Tesla tells Cybertruck employees that shifts will be shorter at the Austin Gigafactory - 2 minutes read

Tesla told employees who work on the Cybertruck that shifts will be shorter on the production line at the Austin Gigafactory, according to an internal messaged viewed by Business Insider.

Previously, workers clocked 12 hour shifts from 6 a.m. to 6 p.m. and 6 p.m. to 6 a.m.. They will now be working 11 hour shifts during the day and 10.5 hour shifts at night — from 6 a.m. to 5 p.m. and 6 p.m. to 4:30 a.m. — the memo said.

The new schedule was communicated internally on Thursday and will kick in on Monday, according to the memo.

It's unclear whether Tesla is implementing the new schedule on other production lines, or at other factories. Tesla makes the Cybertruck at the Austin Gigafactory, but it also makes its Model Y there and is working on its next-gen vehicle at the location.

Some workers at other Tesla factories in Sparks, Nevada, and Fremont, California, told BI they were still scheduled for full 12 hour shifts. Factory workers at the electric-vehicle maker typically work three to four days per week.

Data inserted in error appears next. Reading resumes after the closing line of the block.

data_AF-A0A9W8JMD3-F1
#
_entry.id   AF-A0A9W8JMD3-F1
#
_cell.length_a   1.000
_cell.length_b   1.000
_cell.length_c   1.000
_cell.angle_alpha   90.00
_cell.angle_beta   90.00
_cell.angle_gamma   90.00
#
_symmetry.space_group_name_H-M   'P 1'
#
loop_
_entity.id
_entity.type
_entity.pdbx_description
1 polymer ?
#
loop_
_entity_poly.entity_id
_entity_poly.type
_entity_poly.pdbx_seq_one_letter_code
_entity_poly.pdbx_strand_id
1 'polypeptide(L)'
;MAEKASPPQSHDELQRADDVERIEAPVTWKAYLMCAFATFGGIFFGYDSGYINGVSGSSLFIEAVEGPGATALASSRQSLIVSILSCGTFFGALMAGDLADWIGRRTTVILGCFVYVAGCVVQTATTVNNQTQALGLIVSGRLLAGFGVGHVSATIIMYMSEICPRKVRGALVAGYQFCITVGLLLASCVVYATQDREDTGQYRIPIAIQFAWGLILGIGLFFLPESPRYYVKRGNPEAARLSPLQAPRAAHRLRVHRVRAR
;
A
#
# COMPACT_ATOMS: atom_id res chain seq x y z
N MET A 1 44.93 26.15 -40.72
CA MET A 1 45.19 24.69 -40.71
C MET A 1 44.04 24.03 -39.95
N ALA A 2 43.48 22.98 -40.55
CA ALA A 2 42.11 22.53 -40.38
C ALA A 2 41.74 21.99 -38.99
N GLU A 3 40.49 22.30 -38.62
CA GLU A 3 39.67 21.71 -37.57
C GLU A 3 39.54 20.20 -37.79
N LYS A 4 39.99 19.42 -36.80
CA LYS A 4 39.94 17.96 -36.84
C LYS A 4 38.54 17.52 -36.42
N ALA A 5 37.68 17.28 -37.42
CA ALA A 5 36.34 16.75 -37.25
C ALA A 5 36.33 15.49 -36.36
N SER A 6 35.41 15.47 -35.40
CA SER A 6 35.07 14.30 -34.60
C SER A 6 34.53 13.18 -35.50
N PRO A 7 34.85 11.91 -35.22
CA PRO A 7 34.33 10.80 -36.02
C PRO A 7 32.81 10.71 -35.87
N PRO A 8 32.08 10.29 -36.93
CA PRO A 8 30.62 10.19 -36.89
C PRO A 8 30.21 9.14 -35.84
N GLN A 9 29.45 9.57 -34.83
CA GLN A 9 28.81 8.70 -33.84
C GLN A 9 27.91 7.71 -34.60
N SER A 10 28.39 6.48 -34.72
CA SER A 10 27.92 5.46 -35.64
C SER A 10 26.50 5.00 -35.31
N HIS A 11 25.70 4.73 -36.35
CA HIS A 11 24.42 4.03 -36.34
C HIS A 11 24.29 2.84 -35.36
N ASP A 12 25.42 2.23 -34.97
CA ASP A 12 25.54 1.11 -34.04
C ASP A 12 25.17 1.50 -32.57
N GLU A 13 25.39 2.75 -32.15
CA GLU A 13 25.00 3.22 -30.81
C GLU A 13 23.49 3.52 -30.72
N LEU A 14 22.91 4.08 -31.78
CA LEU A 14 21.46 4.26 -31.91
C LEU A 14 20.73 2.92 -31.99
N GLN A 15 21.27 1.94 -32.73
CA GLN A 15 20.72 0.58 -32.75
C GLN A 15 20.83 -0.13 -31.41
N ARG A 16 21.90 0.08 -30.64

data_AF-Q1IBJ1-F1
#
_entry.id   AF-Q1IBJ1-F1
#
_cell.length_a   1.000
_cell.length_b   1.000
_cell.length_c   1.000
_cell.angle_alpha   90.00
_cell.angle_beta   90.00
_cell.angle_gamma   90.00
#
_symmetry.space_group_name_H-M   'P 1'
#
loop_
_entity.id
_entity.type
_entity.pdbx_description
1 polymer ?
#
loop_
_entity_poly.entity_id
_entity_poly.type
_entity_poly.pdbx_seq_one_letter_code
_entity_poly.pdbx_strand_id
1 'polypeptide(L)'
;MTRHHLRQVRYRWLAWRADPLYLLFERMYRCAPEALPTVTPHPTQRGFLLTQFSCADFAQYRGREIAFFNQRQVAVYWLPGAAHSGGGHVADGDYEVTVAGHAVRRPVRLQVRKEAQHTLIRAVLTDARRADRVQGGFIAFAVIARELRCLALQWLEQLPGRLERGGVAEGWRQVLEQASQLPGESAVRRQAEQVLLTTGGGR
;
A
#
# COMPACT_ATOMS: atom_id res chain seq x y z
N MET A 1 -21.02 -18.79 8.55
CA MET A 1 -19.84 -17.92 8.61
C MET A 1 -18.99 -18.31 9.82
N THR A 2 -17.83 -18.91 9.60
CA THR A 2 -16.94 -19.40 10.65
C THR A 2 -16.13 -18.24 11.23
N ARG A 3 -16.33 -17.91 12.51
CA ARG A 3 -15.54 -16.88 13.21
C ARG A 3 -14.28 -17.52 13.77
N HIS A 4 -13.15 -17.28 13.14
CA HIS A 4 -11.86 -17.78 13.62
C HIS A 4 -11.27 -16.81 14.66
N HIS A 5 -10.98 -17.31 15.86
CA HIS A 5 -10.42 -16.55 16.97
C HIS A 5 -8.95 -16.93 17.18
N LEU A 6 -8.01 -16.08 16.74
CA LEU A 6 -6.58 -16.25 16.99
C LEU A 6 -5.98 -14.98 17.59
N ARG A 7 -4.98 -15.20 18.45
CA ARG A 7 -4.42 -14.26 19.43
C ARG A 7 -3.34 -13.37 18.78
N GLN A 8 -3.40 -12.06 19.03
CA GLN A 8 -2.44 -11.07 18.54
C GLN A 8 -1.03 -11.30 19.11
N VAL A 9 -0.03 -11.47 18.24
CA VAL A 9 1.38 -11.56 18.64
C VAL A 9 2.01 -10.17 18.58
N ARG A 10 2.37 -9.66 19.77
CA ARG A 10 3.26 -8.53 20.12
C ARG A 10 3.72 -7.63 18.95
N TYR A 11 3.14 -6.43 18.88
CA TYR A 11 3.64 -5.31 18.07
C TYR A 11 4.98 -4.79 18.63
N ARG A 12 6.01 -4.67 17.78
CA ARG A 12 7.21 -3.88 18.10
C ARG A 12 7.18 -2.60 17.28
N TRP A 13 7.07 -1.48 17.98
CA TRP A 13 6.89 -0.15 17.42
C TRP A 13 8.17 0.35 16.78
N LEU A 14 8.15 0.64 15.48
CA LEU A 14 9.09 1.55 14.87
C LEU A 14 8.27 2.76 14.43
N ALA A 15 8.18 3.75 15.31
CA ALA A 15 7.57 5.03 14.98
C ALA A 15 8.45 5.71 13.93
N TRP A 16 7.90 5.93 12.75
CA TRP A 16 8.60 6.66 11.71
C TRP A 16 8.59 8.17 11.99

A spokesperson for Tesla did not immediately respond to a request for comment.

Tesla has begun to feel the impact of slowing demand for EVs. Earlier this month, the company's first-quarter delivery numbers fell significantly below Wall Street expectations. The company saw its first year-over-year quarterly decline in deliveries since 2020.

On Saturday, some Tesla employees told BI they are concerned about big layoffs that may come as soon as this weekend.

It's unclear how many Cybertrucks Tesla has delivered to date. During Tesla's latest earnings call in January, Elon Musk said the Cybertruck was almost sold out for 2024.

"This is a production-constraint situation, not a demand-constraint situation," Musk said at the time.

Tesla released the Cybertruck in November. The company's Austin factory handles production of the vehicle, which Musk has said requires a high level of precision due to the truck's sharp lines.

Ahead of the vehicle's launch, Musk warned that Tesla had "dug its own grave" with the Cybertruck and that it would take years to ramp up production. Tesla aims to produce 250,000 Cybertrucks per year by 2025, according to Musk.

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Source: Business Insider

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